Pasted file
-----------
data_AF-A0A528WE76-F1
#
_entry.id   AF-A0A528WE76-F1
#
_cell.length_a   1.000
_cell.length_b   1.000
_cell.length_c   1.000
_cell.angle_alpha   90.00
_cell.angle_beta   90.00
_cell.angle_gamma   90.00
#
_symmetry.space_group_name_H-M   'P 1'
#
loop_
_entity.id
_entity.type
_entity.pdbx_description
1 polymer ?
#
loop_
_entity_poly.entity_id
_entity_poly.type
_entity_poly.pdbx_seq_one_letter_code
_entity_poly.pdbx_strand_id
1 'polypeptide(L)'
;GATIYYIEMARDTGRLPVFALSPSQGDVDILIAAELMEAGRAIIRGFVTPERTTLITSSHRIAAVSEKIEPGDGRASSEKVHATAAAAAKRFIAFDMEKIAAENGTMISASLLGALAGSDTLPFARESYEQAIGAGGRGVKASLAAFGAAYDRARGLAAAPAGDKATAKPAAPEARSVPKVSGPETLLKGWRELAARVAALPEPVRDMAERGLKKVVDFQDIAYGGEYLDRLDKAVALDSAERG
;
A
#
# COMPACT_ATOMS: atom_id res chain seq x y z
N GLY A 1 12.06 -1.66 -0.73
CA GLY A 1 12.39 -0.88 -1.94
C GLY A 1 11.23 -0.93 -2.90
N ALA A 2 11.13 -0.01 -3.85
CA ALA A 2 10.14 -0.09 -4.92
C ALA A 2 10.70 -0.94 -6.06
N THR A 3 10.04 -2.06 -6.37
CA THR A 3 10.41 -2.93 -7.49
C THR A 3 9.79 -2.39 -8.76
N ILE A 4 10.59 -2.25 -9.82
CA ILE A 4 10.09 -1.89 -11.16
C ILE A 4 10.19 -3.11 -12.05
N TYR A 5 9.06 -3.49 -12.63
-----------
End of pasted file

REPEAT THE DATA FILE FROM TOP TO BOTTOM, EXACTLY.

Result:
data_AF-A0A528WE76-F1
#
_entry.id   AF-A0A528WE76-F1
#
_cell.length_a   1.000
_cell.length_b   1.000
_cell.length_c   1.000
_cell.angle_alpha   90.00
_cell.angle_beta   90.00
_cell.angle_gamma   90.00
#
_symmetry.space_group_name_H-M   'P 1'
#
loop_
_entity.id
_entity.type
_entity.pdbx_description
1 polymer ?
#
loop_
_entity_poly.entity_id
_entity_poly.type
_entity_poly.pdbx_seq_one_letter_code
_entity_poly.pdbx_strand_id
1 'polypeptide(L)'
;GATIYYIEMARDTGRLPVFALSPSQGDVDILIAAELMEAGRAIIRGFVTPERTTLITSSHRIAAVSEKIEPGDGRASSEKVHATAAAAAKRFIAFDMEKIAAENGTMISASLLGALAGSDTLPFARESYEQAIGAGGRGVKASLAAFGAAYDRARGLAAAPAGDKATAKPAAPEARSVPKVSGPETLLKGWRELAARVAALPEPVRDMAERGLKKVVDFQDIAYGGEYLDRLDKAVALDSAERG
;
A
#
# COMPACT_ATOMS: atom_id res chain seq x y z
N GLY A 1 12.06 -1.66 -0.73
CA GLY A 1 12.39 -0.88 -1.94
C GLY A 1 11.23 -0.93 -2.90
N ALA A 2 11.13 -0.01 -3.85
CA ALA A 2 10.14 -0.09 -4.92
C ALA A 2 10.70 -0.94 -6.06
N THR A 3 10.04 -2.06 -6.37
CA THR A 3 10.41 -2.93 -7.49
C THR A 3 9.79 -2.39 -8.76
N ILE A 4 10.59 -2.25 -9.82
CA ILE A 4 10.09 -1.89 -11.16
C ILE A 4 10.19 -3.11 -12.05
N TYR A 5 9.06 -3.49 -12.63